And if you swear by engine braking, then its koo, you are keeping my stomach full and bills paid. So its your choice.
 

·
Registered
Joined
·
143 Posts
[quote author=captainhook link=topic=77878.msg1433819#msg1433819 date=1179993110]
I don't buy the excessive wear/damage thing either. Obviously if you throw it into first gear at 90 mph something is going to give.

Every car that I have owned over the last 14 years that has been a manual tranny has been downshifted to slow down, which I do about 50% of the time, with no premature wear or replaced parts. Between both Accords, Camry, Focus, and now Milan that have been manual tranny I have accumulated 400,000 plus miles without issue.

I think that as long as you know what you are doing you should be fine.

If engine/tranny breaking was an issue then why would it be a necessity when driving large vehicles?

One of my favorite sounds is a high rpm jake break coming down a long hill. We used to have a 1978 American Lafrance pumper that had the best sound ever. You would just let off the throttle and drop it down a gear and let it sing.
[/quote]

Larger vehicles use it because their brakes cant stop it when there is a big trailer full or cargo on it. And their transmission and engine was built for that. Jake brakes are solenoids keeping the exhaust valves closed which cause a restriction to the engine and slows it down. And remember, diesels are super strong and their components to, because they where built for durance, heavy pulls and abusive driving due to all the heavy equipment they have to haul.
 

·
Registered
Joined
·
325 Posts
[quote author=MidNiteKnight link=topic=77878.msg1439135#msg1439135 date=1180195189]
[quote author=captainhook link=topic=77878.msg1433819#msg1433819 date=1179993110]
I don't buy the excessive wear/damage thing either. Obviously if you throw it into first gear at 90 mph something is going to give.

Every car that I have owned over the last 14 years that has been a manual tranny has been downshifted to slow down, which I do about 50% of the time, with no premature wear or replaced parts. Between both Accords, Camry, Focus, and now Milan that have been manual tranny I have accumulated 400,000 plus miles without issue.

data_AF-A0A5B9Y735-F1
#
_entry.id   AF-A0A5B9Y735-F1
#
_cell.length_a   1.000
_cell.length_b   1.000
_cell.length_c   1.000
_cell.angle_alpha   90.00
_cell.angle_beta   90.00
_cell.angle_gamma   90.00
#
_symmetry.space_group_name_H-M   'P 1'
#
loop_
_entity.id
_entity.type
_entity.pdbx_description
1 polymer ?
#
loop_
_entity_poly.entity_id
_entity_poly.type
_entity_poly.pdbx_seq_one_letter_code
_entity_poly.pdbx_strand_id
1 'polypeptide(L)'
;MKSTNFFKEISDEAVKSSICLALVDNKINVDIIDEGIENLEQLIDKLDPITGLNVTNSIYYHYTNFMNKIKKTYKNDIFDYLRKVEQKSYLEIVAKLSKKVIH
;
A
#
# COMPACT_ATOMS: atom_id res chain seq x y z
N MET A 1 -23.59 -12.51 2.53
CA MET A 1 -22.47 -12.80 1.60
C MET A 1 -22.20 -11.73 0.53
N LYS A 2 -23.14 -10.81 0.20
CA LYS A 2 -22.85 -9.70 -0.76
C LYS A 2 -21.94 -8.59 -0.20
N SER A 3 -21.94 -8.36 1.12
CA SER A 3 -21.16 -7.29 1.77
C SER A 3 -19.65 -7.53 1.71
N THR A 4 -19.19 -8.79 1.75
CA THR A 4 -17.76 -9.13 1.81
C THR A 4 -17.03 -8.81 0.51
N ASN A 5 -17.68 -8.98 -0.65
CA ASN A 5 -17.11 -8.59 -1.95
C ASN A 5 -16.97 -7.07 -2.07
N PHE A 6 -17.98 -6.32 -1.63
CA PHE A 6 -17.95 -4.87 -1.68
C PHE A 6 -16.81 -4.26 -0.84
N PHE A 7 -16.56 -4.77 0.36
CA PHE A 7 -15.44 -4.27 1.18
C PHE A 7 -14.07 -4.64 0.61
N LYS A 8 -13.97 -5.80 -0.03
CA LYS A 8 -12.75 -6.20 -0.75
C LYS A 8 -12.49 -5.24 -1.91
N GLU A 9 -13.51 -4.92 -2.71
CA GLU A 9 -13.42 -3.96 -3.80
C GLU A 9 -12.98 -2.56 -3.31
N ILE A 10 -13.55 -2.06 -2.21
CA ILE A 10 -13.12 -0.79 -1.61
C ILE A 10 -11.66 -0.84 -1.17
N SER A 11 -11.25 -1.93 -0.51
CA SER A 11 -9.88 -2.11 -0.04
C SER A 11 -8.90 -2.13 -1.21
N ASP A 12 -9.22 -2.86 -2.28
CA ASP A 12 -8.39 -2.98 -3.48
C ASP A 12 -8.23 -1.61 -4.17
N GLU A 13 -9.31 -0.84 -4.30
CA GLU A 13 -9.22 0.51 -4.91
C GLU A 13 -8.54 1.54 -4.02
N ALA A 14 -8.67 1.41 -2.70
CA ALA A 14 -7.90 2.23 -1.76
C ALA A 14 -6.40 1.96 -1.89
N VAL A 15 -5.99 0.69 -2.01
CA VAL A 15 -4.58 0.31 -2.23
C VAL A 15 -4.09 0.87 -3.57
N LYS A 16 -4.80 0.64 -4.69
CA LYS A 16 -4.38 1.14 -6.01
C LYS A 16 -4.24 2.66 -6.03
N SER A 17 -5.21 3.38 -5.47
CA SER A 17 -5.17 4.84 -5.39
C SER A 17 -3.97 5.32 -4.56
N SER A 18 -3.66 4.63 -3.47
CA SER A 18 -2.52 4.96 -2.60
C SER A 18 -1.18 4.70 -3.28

I think that as long as you know what you are doing you should be fine.

If engine/tranny breaking was an issue then why would it be a necessity when driving large vehicles?

One of my favorite sounds is a high rpm jake break coming down a long hill. We used to have a 1978 American Lafrance pumper that had the best sound ever. You would just let off the throttle and drop it down a gear and let it sing.
[/quote]

Larger vehicles use it because their brakes cant stop it when there is a big trailer full or cargo on it. And their transmission and engine was built for that. Jake brakes are solenoids keeping the exhaust valves closed which cause a restriction to the engine and slows it down. And remember, diesels are super strong and their components to, because they where built for durance, heavy pulls and abusive driving due to all the heavy equipment they have to haul.
[/quote]

It has nothing to large vehicles not being able to stop when loaded. It is to minimize that wear and heating of the brakes. The vehicles are completely capable of stopping with braking power alone.

The strength of the components of a vehicle are relative to the vehicle. If downshifting and engine braking was so detrimental to a passenger vehicle then the throttle would cut out the instant that you let off of it. Essentially each time that you let off the throttle you are engine breaking.

When engine/transmission braking is used correctly it is not anymore harmful then accelerating. The same components are used in each process. Actually it is debatable that it may cause less wear to the vehicle since when accelerating you are overcoming resistance and during braking the resistance is helping.
 
1 - 20 of 20 Posts
Top